Red Rain Cells

By Walter Jayawardhana

Dr.Chandra Wickramasinghe of the Buckingham Center for Astrobiology in the Buckingham University , UK said the cells found in the Red Rain collected in Sri Lanka according to preliminary investigations contain high concentrations of arsenic and silver and “that makes them extremely unlikely of any earth origin.”

Wickramasinghe who had just returned to the Buckingham University with several samples of red rain collected in Sri Lanka for further analysis added that he has had extensive discussions with Dr. Anil Samaranayaka of the Medical Research Institute (MRI) of Colombo Sri Lanka whose preliminary investigations he has reviewed on the subject and during the same time and in the same areas the red rain has been witnessed fire balls and carbonaceous condritic stones have been evidenced.

In an email interview with this correspondent Dr. Wickramasinghe said all these factors point to an extra terrestrial origin of the red rain.

In the interview he said, “I have just returned from Sri Lanka where I have had extensive discussions with Dr. Anil Samaranayake, Director of the MRI, Ministry of Health. I have reviewed the work they have done so far, and can confirm that the red rain contains an organism that has not been identified with any known terrestrial organism. Dr. Samaranayake’s team have reported high concentrations of silver and arsenic in the organisms, that make them extremely unlikely to be of Earth origin. Further work is to be done in collaboration with Dr. Samaranayake on samples that I have brought to the UK. The fact that several episodes of red rain were accompanied or followed by sightings of fireballs makes it clear very likely that there is a connection. Also the fact that chondritic stones have been collected from sites where sightings were reported points decisively to an extraterrestrial origin of red rain, meteorites and fireballs in my view.”

The following joint statement of Dr.Samaranayaka and Wickramasinghe has appeared in Buckingham University website: From mid-November to early-December of this year Sri Lanka witnessed a rare conjunction of natural phenomena, all pointing to the skies. Frequent sightings of meteors (probably the Leonids) were followed by numerous reports of fireballs, some of which actually resulted in the recovery of carbonaceous meteorites. Interest in all these events was heightened due to several episodes of red rain that fell in the same general timeframe and in the same locations. The red rain phenomenon of Sri Lanka was strikingly similar to the red rain of Kerala that was featured in a cover story in New Scientist of 4 March 2006.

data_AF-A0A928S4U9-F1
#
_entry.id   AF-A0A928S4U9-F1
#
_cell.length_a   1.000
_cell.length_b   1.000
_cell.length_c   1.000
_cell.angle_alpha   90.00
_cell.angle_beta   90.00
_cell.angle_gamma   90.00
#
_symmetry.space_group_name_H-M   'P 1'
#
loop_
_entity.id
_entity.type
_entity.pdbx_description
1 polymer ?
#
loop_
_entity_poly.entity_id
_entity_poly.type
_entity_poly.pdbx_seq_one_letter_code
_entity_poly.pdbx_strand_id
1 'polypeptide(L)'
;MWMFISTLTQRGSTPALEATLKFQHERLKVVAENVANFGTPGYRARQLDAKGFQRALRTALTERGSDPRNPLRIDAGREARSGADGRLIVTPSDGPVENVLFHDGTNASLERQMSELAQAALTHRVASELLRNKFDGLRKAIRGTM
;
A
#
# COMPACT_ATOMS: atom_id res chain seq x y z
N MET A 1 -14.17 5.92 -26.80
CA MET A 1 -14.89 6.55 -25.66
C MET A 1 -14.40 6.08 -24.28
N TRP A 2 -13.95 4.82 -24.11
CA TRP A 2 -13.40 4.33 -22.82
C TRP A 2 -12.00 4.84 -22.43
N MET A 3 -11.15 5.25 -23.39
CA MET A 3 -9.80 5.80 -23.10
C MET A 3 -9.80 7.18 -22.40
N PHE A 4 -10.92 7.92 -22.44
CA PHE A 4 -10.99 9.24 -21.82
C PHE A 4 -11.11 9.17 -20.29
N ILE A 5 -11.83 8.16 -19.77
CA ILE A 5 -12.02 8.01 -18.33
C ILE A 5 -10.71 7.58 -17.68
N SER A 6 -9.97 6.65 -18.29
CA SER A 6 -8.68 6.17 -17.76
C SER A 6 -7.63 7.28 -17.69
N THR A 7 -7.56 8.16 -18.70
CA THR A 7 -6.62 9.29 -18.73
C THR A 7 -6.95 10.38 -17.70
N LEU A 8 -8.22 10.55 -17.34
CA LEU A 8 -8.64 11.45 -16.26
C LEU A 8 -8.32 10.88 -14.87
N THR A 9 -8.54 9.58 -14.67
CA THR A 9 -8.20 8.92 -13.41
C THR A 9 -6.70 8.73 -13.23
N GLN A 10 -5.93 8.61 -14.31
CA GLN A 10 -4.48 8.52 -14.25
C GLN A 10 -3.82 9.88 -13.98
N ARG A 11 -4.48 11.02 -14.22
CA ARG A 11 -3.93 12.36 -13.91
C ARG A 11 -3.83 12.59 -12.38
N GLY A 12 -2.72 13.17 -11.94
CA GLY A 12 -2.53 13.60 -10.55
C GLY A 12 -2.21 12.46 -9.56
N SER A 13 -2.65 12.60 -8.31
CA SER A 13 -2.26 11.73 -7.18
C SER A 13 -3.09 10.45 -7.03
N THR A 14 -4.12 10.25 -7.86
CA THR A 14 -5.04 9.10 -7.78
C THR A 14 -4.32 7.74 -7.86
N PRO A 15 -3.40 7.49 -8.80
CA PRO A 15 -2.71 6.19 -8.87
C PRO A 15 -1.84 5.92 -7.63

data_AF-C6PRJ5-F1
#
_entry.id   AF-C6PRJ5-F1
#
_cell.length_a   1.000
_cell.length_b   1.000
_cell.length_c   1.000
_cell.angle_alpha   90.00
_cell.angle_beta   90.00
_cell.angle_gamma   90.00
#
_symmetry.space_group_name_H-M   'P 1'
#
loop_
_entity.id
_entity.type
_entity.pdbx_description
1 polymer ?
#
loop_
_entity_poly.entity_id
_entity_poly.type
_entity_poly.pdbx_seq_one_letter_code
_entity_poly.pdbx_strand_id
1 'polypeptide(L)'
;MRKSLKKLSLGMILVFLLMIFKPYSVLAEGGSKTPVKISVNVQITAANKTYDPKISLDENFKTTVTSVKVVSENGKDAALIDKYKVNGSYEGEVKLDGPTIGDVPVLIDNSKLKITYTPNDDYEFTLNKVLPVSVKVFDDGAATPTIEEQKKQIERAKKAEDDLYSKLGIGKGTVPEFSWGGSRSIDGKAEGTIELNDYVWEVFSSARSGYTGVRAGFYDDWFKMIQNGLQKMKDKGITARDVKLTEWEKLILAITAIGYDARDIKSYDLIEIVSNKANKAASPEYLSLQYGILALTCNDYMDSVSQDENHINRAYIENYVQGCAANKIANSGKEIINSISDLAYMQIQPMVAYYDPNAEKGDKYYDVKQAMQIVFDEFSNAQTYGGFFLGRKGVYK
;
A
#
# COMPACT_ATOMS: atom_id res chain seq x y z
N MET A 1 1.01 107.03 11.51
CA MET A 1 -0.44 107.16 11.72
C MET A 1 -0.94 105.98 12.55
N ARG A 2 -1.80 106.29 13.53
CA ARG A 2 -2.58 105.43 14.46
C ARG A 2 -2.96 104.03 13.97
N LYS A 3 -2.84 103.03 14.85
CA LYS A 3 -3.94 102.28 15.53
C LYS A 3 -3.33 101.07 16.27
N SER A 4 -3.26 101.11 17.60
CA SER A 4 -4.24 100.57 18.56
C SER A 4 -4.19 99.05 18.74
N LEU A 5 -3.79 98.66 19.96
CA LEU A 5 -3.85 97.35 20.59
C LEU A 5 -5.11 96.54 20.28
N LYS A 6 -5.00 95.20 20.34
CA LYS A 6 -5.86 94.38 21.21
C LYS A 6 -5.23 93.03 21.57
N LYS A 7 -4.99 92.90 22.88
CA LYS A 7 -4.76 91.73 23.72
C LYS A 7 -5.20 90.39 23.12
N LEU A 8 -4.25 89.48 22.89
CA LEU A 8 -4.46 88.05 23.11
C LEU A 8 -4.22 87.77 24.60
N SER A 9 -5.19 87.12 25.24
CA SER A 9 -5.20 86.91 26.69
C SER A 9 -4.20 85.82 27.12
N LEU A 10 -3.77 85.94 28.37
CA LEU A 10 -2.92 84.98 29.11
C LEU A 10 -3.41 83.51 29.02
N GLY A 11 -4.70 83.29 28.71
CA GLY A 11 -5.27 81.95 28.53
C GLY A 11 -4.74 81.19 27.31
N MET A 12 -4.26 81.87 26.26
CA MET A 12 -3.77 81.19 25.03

Preliminary examination of the Sri Lankan red rain has shown the presence of red cells almost identical to the Kerala red rain cells. However, despite several years of study by various groups, the Kerala red rain cells have not yet been convincingly identified, and an extraterrestrial origin of the cells still remains a possibility. In the case of the Sri Lankan red rain cells, the mystery deepens with chemical analysis that shows them to contain unusually high concentrations of the elements arsenic and silver. The arsenic abundance is, however, less than a per cent of what would be required if phosphate groups in DNA are to be replaced by arsenate groups, as was recently suggested in studies of the bacterium strain GFAJ-1 of the Halomonadaceae (Science 332, 1163,2011), isolated from Mono Lake, California.

Optical microscope field of red rain cells

It would be tempting to connect the meteors and fireballs with the red rain events experienced in Sri Lanka during November and December 2012. Meteor showers (e.g. the Leonids) occur at regular times in the year whenever the Earth in its orbit crosses the trails of debris from short-period comets. Whilst centimetre-sized particles entering the atmosphere at high speeds burn-up as meteors or shooting stars, larger cometary fragments, containing dust and in some cases living cells, could disperse their particulate content non-destructively into the atmosphere. Many years ago E.G. Bowen (Nature 117, 1121, 1956) discovered a connection between freezing nuclei in tropospheric rain clouds and the incidence of extraterrestrial particles from meteor streams. It was found that as dust from cometary streams (which may possibly include red rain cells) is introduced into the troposphere, heavy rain follows some 30 days later. Larger cometary bolides in a meteor stream that do not disintegrate could end up as fireballs and meteorites that fall to the ground.(EOM)